Hiking in Japan is always fun with family, and with summer subsiding, some of the best months for a mountain walk are around the corner. Japan offers countless choices in its vast mountain ranges, but one of my favorite family hikes is only 90 minutes north of Kyoto. The mountain villages of Kibune and Kurama reside in neighboring valleys. Connected by trail and stairway trails, these two towns offer a great day-trip getaway from the clamor of the city, and a taste of Japan’s spectacular cultural and natural beauty.
It’s possible to begin your walk from either village, but I prefer starting from Kibune and ending with a soak at Kurama Onsen, a hot spring (onsen) bath on the other side of the mountain. Another benefit of starting the hike from Kibune is the town’s array of dining options. The main road has a number of restaurants serving soba, grilled river fish and other local dishes, but the most aesthetically pleasing options are the restaurants with kawadoko-style dining. Usually reserved for the hottest months, kawadoko seating is outdoor and on elevated platforms over the Kibune River. You can enjoy the sound of water rushing beneath them as you eat.
This is a beautiful and unique experience, but parents with young children should keep an eye out, as most platforms don’t have a guardrail. The river isn’t deep and the drop is small, so this isn’t a life-or-death experience. That said, though, you won’t want your child soaked to the bone, not matter how hot it is outside.
Once your belly’s full, climb the steps to Kifune Shrine, pronounced with an “f” instead of “b,” where the Shinto god of water and the protector of seafaring villagers is honored. The grounds are beautiful in every season, but the steps are not stroller-friendly, so families with babies take heed.
For those without strollers and ready for a hike, the walk from Kibune to Kurama involves lots of steps and a few steep spots, but it is relatively easy for most kids of primary school age and above. Parts of the trail are covered in tree roots, which require a certain amount of coordination to navigate, but most children will be up for the challenge and better for it.
There are often a number of remarkably tame deer along this route as well, but be wary about interacting with them. Keep food hidden away, not in your hand or dangling from your backpack — it might not stay there for long.
From the trailhead on the Kibune side, you’ll need pay a ¥300 entrance fee for Kurama Temple, which clings to the mountain you’ll be climbing. The trail is around 4 kilometers long and the hike can take anywhere between one to three hours, depending on how often you stop to rest or take pictures. It’s not an overly strenuous hike, but summer temperatures can make water breaks a must. There are a number of toilet opportunities along the way, as well.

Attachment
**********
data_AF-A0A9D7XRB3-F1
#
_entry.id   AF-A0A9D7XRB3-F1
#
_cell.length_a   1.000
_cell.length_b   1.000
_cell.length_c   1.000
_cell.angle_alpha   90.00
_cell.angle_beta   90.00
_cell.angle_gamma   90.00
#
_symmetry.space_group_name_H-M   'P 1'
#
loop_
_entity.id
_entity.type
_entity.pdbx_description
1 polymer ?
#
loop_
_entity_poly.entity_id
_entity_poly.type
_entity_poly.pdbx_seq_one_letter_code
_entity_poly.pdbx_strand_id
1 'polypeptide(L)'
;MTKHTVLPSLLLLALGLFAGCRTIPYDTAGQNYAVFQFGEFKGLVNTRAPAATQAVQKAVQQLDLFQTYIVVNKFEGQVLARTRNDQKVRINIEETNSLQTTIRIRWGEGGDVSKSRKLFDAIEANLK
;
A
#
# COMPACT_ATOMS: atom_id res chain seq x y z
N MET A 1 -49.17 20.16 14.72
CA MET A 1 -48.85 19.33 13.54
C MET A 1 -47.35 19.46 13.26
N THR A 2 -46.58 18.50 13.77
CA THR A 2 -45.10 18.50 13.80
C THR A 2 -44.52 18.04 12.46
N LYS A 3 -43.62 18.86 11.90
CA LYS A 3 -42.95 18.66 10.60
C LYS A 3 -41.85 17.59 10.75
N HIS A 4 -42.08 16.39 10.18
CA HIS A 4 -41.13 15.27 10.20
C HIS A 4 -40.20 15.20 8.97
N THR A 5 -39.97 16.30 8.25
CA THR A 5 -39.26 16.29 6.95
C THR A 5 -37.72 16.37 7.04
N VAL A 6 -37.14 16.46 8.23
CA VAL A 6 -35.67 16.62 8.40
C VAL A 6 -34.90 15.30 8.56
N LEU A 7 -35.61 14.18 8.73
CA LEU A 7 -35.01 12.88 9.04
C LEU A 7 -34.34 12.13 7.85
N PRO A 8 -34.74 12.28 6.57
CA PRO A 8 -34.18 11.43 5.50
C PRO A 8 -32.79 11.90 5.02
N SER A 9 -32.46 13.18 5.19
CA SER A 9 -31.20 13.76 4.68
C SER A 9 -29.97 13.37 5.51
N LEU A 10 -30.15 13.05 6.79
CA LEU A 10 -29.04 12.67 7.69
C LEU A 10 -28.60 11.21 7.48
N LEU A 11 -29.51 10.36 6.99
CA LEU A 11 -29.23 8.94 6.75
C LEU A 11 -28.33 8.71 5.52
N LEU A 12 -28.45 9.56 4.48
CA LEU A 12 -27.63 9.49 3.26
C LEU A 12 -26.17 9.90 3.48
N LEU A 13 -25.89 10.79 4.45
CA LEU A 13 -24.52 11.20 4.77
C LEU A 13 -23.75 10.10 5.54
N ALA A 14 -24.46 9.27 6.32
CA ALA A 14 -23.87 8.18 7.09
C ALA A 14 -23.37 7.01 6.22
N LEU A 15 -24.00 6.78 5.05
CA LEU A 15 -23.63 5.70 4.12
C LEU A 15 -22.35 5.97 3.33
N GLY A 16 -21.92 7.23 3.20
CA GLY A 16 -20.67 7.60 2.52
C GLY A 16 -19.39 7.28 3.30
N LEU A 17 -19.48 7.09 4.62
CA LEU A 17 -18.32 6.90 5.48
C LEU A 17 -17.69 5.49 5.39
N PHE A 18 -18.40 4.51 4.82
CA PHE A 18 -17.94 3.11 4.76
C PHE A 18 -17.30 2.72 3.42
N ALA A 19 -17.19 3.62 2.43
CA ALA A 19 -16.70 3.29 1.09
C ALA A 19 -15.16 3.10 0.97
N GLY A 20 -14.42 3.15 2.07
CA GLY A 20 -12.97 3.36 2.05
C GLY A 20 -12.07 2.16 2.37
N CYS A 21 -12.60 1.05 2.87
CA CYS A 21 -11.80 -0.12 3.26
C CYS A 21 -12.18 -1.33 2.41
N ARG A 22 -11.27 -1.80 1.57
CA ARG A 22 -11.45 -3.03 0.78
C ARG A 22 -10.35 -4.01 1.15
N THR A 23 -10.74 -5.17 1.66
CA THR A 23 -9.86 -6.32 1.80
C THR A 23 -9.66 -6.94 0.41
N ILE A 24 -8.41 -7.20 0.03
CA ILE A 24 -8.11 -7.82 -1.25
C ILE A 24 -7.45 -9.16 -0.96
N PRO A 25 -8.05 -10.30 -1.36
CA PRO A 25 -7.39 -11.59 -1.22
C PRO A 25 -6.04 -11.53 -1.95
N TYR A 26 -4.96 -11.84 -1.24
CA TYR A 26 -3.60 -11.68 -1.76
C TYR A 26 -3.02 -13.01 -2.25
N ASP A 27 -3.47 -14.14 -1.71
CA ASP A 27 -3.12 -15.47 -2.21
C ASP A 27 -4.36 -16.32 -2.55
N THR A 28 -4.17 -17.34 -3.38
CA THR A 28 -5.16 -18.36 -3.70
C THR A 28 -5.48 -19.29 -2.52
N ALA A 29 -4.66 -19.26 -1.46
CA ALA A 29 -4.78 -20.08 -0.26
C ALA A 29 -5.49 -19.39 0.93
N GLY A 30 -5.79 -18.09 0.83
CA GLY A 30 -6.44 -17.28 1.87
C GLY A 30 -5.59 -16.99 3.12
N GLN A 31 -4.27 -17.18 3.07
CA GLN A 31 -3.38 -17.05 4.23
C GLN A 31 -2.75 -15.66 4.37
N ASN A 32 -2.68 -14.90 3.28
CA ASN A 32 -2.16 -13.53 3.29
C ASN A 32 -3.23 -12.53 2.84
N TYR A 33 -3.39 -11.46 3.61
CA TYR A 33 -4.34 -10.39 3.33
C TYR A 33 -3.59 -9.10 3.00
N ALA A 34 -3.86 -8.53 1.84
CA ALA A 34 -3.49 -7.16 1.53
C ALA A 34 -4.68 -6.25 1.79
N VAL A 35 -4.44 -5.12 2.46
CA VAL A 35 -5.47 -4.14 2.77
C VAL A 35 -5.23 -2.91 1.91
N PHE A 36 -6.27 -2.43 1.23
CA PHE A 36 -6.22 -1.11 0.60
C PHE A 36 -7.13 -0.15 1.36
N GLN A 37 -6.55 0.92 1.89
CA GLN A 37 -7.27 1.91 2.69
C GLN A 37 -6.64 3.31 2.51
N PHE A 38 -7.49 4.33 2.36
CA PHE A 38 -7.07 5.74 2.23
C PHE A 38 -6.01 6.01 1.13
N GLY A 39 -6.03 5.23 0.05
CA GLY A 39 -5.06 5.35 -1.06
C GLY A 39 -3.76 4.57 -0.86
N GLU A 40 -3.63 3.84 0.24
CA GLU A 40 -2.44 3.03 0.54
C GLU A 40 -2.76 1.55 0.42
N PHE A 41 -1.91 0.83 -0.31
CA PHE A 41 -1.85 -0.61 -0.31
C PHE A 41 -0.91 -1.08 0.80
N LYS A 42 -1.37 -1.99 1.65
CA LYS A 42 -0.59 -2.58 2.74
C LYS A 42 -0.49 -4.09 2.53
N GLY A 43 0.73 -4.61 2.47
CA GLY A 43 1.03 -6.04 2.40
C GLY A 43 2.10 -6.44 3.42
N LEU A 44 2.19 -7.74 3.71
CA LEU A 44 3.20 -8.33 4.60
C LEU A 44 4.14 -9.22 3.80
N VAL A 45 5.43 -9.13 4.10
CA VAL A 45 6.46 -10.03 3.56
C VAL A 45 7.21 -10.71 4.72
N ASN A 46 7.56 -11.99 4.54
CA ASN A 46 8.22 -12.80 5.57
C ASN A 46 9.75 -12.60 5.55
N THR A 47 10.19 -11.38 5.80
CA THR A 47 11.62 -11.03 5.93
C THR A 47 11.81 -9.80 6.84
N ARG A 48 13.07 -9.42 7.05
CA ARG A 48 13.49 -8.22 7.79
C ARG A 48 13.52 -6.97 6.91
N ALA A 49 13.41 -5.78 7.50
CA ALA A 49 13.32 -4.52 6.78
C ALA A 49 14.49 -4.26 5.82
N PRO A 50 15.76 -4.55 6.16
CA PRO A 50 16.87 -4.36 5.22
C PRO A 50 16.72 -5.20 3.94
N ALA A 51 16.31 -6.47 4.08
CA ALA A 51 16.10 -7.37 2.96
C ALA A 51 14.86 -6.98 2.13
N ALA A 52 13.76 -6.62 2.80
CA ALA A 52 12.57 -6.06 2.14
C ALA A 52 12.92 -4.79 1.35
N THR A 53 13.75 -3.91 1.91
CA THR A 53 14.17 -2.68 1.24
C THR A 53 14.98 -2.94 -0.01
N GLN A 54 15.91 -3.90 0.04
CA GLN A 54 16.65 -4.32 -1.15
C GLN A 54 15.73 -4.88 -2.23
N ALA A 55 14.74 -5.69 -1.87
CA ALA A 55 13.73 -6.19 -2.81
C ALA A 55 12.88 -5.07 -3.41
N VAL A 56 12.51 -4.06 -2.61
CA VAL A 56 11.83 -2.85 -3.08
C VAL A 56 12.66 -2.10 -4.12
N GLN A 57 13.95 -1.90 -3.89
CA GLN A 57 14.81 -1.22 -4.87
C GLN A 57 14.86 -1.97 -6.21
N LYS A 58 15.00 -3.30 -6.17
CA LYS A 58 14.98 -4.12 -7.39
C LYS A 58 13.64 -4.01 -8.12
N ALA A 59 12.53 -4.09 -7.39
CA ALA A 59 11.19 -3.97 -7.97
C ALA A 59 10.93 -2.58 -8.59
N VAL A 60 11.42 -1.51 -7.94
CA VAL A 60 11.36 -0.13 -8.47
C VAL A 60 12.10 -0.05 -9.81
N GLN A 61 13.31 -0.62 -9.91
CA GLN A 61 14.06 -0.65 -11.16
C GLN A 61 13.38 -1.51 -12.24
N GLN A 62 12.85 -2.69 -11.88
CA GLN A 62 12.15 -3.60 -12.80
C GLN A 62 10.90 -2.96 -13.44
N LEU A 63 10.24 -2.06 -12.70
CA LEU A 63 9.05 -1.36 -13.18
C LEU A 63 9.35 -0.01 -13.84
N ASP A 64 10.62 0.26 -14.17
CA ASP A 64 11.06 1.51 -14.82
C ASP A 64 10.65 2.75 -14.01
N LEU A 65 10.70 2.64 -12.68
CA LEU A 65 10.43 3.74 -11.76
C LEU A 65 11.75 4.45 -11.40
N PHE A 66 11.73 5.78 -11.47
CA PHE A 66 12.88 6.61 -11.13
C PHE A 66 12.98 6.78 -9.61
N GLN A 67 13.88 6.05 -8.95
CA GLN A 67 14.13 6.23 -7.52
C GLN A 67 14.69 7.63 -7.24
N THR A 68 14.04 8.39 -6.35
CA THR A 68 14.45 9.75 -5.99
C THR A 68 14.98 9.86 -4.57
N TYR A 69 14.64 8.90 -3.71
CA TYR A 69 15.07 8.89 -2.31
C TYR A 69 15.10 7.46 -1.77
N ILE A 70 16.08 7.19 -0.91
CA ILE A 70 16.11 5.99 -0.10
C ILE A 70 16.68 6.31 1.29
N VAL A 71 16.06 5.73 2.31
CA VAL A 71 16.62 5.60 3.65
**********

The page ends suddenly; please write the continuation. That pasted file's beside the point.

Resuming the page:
The view from Kurama Temple is fantastic, with the deep green of the hillside clashing with the vivid orange of the temple and lanterns that festoon the stairway. The courtyard here is a good place to rest, where you can also make a wish by ringing the temple bell.
From here, earth becomes stone, as the path from the temple down into Kurama turns from mostly a trail into hewn stairs. Descending these steps is certainly easier than climbing up, but it can also be more dangerous for little ones if they fall. So, though the views from here are especially beautiful, don’t forget to watch your step.
Once down the trail and on the other side of the mountain, head for Kurama Onsen. It’s a 10-minute walk from Kurama station, but the establishment runs a free shuttle bus service if you’re feeling weary. The onsen offers dining and lodging, but we’ve always taken the basic plan using only the rotenburo (outdoor pool), which costs ¥1,000 for adults and ¥700 for kids between the ages of 4 and 12. If you want access to the indoor tubs, the prices rise to ¥2,500 and ¥1,600 respectively.
After soaking in the hot spring water for an hour or so, you should be relaxed enough to head back into town. Both Kurama and Kibune feel secluded and remote, so it always surprises me when the train delivers us back to downtown Kyoto in 30 minutes. Little excursions like this keep the body healthy and the head clear, serving as a reminder that old Japan is never too far away.
Getting there: From Demachiyanagi Station, Kyoto, take the Eizan Line to Kibuneguchi Station. The trailhead is a 2-kilometer walk along the main road through Kibune. To return to Kyoto from Kurama, take the Eizan Line again back to Demachiyanagi. For more information on Kurama Onsen, visit bit.ly/kuramaonsen.